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International Journal of Aerospace Engineering
Volume 2017 (2017), Article ID 6143727, 9 pages
https://doi.org/10.1155/2017/6143727
Research Article

Architecture Level Safety Analyses for Safety-Critical Systems

Aerospace Electronics & Systems Division, CSIR-National Aerospace Laboratories, Bangalore, Karnataka, India

Correspondence should be addressed to K. S. Kushal; moc.liamg@881162ksk

Received 24 August 2016; Revised 23 November 2016; Accepted 15 December 2016; Published 15 January 2017

Academic Editor: Paul Williams

Copyright © 2017 K. S. Kushal et al. This is an open access article distributed under the Creative Commons Attribution License, which permits unrestricted use, distribution, and reproduction in any medium, provided the original work is properly cited.

Abstract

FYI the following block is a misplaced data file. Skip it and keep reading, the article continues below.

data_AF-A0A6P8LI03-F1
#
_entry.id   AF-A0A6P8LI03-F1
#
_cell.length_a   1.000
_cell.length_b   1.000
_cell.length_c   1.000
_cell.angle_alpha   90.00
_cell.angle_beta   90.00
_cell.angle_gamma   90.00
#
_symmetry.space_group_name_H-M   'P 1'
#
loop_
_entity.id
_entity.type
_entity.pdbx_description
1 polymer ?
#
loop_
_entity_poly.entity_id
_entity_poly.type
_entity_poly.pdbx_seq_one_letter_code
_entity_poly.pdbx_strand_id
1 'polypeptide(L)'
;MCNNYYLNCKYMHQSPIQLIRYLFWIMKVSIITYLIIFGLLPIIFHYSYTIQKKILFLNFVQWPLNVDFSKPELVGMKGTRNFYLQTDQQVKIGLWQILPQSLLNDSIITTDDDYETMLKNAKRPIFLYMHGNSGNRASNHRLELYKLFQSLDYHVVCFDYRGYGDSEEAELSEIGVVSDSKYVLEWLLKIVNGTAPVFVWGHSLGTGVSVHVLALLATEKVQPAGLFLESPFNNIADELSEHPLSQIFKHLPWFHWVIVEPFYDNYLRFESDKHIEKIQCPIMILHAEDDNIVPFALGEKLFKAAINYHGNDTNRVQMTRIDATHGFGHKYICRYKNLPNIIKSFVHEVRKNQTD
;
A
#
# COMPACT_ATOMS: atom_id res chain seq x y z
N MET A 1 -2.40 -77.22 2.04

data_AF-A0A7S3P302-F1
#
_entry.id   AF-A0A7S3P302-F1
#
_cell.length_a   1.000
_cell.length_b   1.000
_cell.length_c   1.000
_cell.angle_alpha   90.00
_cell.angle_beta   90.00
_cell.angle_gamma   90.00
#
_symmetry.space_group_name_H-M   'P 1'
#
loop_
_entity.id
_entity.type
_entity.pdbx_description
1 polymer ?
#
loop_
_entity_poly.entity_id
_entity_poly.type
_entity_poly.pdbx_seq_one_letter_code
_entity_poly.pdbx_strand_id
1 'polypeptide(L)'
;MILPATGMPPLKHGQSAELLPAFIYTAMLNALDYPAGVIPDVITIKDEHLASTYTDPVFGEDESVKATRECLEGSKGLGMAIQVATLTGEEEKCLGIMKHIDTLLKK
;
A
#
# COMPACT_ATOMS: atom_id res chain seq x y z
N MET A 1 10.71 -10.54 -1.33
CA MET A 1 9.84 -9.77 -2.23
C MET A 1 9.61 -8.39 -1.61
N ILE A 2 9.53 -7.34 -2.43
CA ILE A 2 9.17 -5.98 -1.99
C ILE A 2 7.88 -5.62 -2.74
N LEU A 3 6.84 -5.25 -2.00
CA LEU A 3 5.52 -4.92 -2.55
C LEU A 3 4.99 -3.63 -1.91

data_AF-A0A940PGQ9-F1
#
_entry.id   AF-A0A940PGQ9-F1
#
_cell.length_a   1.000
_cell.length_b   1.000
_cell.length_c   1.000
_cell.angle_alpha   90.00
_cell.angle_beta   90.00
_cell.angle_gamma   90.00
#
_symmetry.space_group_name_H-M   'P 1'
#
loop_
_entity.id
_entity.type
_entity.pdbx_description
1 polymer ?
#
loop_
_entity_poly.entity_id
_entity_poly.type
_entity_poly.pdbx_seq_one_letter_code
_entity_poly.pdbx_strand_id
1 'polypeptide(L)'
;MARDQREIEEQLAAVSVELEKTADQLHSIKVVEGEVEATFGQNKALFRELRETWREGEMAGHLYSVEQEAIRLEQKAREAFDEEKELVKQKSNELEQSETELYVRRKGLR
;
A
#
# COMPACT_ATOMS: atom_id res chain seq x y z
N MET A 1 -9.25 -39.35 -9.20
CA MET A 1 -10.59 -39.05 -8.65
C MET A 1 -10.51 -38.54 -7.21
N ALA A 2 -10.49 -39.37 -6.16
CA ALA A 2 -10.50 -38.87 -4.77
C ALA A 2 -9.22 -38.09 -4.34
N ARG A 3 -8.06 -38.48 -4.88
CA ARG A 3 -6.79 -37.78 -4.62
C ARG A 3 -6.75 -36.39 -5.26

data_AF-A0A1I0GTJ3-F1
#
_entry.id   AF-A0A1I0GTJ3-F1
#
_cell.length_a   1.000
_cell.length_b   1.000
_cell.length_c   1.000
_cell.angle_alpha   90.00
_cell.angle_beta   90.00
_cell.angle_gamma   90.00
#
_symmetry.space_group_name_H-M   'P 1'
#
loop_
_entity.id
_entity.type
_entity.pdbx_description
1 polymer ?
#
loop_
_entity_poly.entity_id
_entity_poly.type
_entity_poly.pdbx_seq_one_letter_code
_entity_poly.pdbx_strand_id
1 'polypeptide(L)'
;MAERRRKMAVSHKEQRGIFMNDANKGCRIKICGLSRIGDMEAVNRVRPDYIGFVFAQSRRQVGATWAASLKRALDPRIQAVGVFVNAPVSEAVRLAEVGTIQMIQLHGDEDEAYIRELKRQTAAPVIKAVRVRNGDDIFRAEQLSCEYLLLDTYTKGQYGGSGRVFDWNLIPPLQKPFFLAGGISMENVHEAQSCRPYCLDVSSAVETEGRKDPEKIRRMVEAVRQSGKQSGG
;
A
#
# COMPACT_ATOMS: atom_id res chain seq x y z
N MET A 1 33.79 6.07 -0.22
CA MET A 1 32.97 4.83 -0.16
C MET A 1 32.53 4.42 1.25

The dependency of complex embedded Safety-Critical Systems across Avionics and Aerospace domains on their underlying software and hardware components has gradually increased with progression in time. Such application domain systems are developed based on a complex integrated architecture, which is modular in nature. Engineering practices assured with system safety standards to manage the failure, faulty, and unsafe operational conditions are very much necessary. System safety analyses involve the analysis of complex software architecture of the system, a major aspect in leading to fatal consequences in the behaviour of Safety-Critical Systems, and provide high reliability and dependability factors during their development. In this paper, we propose an architecture fault modeling and the safety analyses approach that will aid in identifying and eliminating the design flaws. The formal foundations of SAE Architecture Analysis & Design Language (AADL) augmented with the Error Model Annex (EMV) are discussed. The fault propagation, failure behaviour, and the composite behaviour of the design flaws/failures are considered for architecture safety analysis. The illustration of the proposed approach is validated by implementing the Speed Control Unit of Power-Boat Autopilot (PBA) system. The Error Model Annex (EMV) is guided with the pattern of consideration and inclusion of probable failure scenarios and propagation of fault conditions in the Speed Control Unit of Power-Boat Autopilot (PBA). This helps in validating the system architecture with the detection of the error event in the model and its impact in the operational environment. This also provides an insight of the certification impact that these exceptional conditions pose at various criticality levels and design assurance levels and its implications in verifying and validating the designs.